1. When I was married, my husband, who was Persian, said you can die from having a laughing fit if you eat too much saffron. I don't know if this has any basis in reality, but it was what he had heard growing up in Iran.

                                                  You can find it in small grocery stores which have a middle-eastern clientele, and the prices are quite reasonable there. Do buy the threads, and use a mortar and pestle to really crush them down before you add boiling hot water to dissolve them. I use it with white basmati rice, and also in making chicken kabob (marinate cubed chicken breast with yogurt, grated onion, salt, pepper, saffron, and lemon juice.)

                                                  1. Hi

                                                    Here are a few links that may be helpful.

                                                    Saffron, http://www.penzeys.com/cgi-bin/penzey...



                                                    I don't know how to use a link on the board, so I put the address anyway. Just copy and paste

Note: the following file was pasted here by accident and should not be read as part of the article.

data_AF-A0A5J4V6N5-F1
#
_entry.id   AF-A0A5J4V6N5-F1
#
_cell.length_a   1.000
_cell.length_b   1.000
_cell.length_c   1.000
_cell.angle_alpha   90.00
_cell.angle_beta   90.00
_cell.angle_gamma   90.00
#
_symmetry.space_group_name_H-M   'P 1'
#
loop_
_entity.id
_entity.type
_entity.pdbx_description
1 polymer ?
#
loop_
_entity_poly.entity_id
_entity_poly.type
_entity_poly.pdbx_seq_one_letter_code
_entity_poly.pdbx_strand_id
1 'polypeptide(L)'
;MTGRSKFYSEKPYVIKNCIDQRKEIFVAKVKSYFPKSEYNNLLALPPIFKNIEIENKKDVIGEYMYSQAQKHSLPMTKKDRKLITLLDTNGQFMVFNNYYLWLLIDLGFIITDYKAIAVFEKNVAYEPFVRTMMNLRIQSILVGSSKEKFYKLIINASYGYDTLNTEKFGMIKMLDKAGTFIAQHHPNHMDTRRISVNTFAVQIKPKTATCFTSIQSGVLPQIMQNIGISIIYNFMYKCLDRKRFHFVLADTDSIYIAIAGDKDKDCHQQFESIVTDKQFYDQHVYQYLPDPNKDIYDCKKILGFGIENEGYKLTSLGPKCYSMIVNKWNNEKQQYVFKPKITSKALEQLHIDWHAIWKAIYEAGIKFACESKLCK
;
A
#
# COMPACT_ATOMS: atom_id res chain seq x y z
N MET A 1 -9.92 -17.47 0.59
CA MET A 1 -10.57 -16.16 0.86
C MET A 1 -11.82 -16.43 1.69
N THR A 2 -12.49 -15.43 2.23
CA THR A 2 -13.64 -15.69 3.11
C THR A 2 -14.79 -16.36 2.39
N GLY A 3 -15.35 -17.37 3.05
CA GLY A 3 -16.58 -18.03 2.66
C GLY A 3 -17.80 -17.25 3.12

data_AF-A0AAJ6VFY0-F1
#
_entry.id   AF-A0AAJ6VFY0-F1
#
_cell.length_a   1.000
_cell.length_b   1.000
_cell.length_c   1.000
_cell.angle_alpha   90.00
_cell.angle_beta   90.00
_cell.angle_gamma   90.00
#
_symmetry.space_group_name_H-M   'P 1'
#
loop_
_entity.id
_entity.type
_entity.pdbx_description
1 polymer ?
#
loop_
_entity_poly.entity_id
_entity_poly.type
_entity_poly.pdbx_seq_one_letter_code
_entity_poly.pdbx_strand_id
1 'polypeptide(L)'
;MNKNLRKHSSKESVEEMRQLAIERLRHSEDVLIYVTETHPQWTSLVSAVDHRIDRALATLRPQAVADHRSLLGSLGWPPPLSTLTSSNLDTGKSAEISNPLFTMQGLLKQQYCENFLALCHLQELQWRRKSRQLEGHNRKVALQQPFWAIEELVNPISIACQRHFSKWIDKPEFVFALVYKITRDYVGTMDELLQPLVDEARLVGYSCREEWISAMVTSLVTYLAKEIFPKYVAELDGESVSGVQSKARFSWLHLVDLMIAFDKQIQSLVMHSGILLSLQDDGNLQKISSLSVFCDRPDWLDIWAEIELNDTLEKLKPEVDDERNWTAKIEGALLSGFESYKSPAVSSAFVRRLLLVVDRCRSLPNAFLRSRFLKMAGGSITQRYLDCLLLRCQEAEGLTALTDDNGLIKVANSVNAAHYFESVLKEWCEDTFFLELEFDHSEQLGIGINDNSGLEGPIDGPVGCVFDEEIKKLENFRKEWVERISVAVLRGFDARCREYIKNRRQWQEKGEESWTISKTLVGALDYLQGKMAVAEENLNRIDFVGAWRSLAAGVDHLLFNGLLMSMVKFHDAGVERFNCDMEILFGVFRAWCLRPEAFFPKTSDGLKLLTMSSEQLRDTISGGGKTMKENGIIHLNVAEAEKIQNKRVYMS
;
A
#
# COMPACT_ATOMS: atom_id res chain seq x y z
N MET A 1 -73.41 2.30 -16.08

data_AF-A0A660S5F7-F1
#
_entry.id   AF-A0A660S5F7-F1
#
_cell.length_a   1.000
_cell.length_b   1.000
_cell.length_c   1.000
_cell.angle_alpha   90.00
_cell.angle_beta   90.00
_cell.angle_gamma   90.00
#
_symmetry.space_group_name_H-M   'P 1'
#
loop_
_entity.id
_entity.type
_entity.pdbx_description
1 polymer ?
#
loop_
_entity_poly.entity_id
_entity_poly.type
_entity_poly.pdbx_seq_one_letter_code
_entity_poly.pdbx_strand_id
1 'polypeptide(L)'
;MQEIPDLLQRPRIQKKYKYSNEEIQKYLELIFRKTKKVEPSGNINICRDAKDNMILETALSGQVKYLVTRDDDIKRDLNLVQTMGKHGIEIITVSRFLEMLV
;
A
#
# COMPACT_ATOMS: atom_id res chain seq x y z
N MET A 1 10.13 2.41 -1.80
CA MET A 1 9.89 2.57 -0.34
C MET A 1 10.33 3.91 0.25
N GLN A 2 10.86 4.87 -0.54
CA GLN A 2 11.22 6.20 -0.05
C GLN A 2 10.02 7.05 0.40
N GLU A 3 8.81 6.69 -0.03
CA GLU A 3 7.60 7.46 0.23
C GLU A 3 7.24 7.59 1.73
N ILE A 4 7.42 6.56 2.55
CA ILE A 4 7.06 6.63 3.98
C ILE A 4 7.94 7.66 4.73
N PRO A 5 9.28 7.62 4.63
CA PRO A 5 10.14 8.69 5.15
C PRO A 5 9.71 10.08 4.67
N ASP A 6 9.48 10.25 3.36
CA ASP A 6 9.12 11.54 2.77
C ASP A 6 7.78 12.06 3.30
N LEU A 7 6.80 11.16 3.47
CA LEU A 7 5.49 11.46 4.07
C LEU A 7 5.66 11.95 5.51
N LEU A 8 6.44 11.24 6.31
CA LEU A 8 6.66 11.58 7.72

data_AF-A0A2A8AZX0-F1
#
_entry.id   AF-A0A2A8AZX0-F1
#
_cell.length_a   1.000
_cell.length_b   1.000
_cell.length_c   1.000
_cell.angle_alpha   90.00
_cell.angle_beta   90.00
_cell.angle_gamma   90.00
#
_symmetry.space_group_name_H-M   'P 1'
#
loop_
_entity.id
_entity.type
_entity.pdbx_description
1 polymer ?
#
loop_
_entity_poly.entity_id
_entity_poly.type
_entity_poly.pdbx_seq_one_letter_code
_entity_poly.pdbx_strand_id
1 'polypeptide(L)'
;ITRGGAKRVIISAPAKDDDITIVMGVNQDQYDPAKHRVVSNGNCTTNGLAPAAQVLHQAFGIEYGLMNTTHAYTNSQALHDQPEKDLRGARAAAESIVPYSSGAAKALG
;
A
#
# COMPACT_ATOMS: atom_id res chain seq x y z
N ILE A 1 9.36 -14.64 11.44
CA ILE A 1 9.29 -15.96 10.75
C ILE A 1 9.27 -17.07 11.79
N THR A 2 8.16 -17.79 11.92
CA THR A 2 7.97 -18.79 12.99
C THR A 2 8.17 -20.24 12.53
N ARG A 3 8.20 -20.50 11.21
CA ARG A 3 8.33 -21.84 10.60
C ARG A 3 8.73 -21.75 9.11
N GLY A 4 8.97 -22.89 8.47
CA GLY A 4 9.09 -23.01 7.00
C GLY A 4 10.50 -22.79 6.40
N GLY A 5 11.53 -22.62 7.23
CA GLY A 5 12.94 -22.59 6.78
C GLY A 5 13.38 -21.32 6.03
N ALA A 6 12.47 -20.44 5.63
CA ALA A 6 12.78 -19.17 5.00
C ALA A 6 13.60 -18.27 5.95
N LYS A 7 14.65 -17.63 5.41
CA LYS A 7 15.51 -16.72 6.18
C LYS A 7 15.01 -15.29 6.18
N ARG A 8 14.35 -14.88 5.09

another good source of information is

                                                    Cook's Thesaurus , http://www.foodsubs.com/

                                                    1 Reply
                                                    1. re: jim2100

                                                      thanks for these links, jim--found some good recipes!

                                                    2. Saffron can add gorgeous color and perfume to a dish, but the amounts really need to be controlled.

                                                      Many find that saffron has a metallic or medicinal taste. When used in very small quantities, that should not be a problem. If you want more color, add a little turmeric, don't increase the amount of saffron.

                                                      We had wonderful saffron ice cream at an Indian restaurant in Baltimore.